If you've equipped yourself by reading this book, you've hopefully achieved a profitable outcome. Your investors achieved a great multiple that will make them want to give you money again in the future and refer you. Your team has gone on to grow professionally, and many of them were financially well rewarded for their participation and loyalty. Your customers are being taken care of even better than you could, and the mission continues to prosper.

You also received a game-changing financial reward from this exit. The money may not be the main thing, though you can count it as a win and a confidence booster, and you've set up your family to be comfortable.

You now have the luxury of operating from a place of doing what you are really most passionate about rather than for your own finances.

Even if you didn't walk away with a penny, you can be happy for the incredible learning experience and the chance to go on to do something even better.

Overall, there seems to be three general scenarios for exiting founders to take consider when taking their next step. If you've already been thinking ahead, you may already be rolling into your next startup. That's great. Why wait? That's the first scenario.

The second scenario is that the terms of your merger or acquisition required you to stay on as an employee of your new owner. This is called the vesting period when you need to stay for a period of time in order to receive all the cash or stock that was promised to you with the deal.

Some entrepreneurs have loved the learning experience the process opened up for them in large-scale companies such as Google, Facebook, or Microsoft. It's given them the chance to learn from a bunch of smart, new people and to see how things are done at a different level.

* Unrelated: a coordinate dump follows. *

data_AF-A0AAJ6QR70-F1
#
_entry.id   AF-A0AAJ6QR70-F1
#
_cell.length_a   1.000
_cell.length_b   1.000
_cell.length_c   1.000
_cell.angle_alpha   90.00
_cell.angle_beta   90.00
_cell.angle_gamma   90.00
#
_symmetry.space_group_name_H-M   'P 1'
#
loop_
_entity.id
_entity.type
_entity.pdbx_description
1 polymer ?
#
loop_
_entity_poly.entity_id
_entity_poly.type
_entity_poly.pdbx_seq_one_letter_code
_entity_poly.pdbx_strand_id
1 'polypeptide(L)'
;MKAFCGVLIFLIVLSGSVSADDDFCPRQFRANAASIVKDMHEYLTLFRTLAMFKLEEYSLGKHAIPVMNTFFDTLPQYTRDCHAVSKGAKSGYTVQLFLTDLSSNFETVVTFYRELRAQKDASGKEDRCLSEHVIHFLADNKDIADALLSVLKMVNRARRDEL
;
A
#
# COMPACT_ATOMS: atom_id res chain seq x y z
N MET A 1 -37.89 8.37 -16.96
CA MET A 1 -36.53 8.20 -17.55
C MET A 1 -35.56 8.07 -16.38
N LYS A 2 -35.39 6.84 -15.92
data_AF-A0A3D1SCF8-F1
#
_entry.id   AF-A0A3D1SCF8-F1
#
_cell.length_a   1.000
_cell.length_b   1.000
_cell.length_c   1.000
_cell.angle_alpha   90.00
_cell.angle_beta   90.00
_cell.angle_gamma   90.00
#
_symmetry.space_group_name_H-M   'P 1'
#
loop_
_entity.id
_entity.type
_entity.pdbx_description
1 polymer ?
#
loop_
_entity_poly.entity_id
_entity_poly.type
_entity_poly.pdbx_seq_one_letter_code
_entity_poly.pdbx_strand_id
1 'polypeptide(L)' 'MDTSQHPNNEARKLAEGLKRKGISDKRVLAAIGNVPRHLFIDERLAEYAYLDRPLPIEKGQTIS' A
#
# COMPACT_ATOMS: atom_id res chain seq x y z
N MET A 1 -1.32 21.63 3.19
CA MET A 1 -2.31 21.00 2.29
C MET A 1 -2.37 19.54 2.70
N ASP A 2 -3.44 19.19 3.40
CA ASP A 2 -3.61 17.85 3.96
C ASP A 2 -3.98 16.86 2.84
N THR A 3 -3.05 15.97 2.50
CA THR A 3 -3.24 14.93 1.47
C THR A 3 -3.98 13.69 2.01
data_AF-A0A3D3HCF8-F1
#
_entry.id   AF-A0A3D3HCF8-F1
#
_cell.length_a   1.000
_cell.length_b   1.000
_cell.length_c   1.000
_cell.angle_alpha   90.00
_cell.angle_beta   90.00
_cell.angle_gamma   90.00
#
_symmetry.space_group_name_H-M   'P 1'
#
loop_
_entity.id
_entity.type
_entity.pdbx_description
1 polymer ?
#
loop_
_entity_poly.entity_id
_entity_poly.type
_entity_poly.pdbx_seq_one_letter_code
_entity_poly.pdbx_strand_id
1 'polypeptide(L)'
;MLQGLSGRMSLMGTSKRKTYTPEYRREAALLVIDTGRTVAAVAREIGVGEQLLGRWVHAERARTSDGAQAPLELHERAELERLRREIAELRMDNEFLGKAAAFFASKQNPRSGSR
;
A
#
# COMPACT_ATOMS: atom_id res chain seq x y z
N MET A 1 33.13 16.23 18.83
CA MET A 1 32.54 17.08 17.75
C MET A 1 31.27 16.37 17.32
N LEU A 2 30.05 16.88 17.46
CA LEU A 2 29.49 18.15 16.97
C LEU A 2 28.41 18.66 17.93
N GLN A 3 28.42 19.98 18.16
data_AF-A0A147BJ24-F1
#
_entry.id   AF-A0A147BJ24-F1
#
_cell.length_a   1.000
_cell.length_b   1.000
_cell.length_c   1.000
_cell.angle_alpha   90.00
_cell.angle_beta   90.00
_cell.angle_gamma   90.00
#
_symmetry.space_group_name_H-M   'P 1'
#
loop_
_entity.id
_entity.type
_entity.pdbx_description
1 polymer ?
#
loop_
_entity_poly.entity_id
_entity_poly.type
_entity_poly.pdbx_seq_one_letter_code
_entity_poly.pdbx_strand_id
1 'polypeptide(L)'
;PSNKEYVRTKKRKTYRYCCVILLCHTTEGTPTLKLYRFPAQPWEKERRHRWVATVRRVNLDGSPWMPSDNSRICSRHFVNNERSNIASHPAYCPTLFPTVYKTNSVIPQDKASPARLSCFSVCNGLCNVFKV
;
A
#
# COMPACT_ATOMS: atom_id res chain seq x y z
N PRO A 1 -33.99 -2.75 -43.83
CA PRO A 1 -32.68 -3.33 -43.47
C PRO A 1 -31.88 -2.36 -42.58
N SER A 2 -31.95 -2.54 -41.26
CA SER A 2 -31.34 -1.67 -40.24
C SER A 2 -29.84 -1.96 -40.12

Invariably, however, the honeymoon period comes to an end. Some make it through the full vesting period, others pull the emergency eject cord much sooner. They crave being back in a startup, going fast, and building something of their own again.

Keep in mind as well that during the vesting period you are working 9 a.m. to 5 p.m. as opposed to being always on duty, like you were before the acquisition. This enables you to have a full-time job with an income stream while you are crafting, as a side project, what could be your next startup.

The third scenario is to finally take that much-needed time off. It's a smart move. It's a chance to really decompress, while you can. A short window where you can relax and focus on things outside of the office for a while. It could be a long time before you get that kind of luxury again. Stay present, and you may find it to be one of the best rewards of building a successful startup.

Periods of decompression are often spent heading off to a cabin away from the city, traveling the world to meet other entrepreneurs, finding new ideas, gaining new perspectives, and spending time with family.

Some dream of early retirement and finally being that ever-present stay-at-home parent. That may last six weeks or six months. Sooner or later, your family is going to beg you to go do something and stop hovering.

You may even do a stint of some angel investments of your own.

Go learn and do all the things you might not have time for if you've been neck-deep in a new startup—because once you've tasted entrepreneurship, you'll never want to stop.

The good news is that the roller-coaster ride of anxiety, depression, and resigning yourself to acceptance of your new circumstances is short-lived, and after experiencing the void, you'll be on to your next project (if you haven't already planned it out).

Knowing this is all coming, line up some great new projects and goals for this period, and cling to the excitement of being able to tackle them to get through the tough days.

Ultimately, you want to be able to gain emotional intelligence. This will enable you to control your own emotions and help manage the emotions of others (particularly when it comes down to preventing any reactions that could disrupt what is a very fragile process).

Now you know there is a silver lining on the other side of the clouds.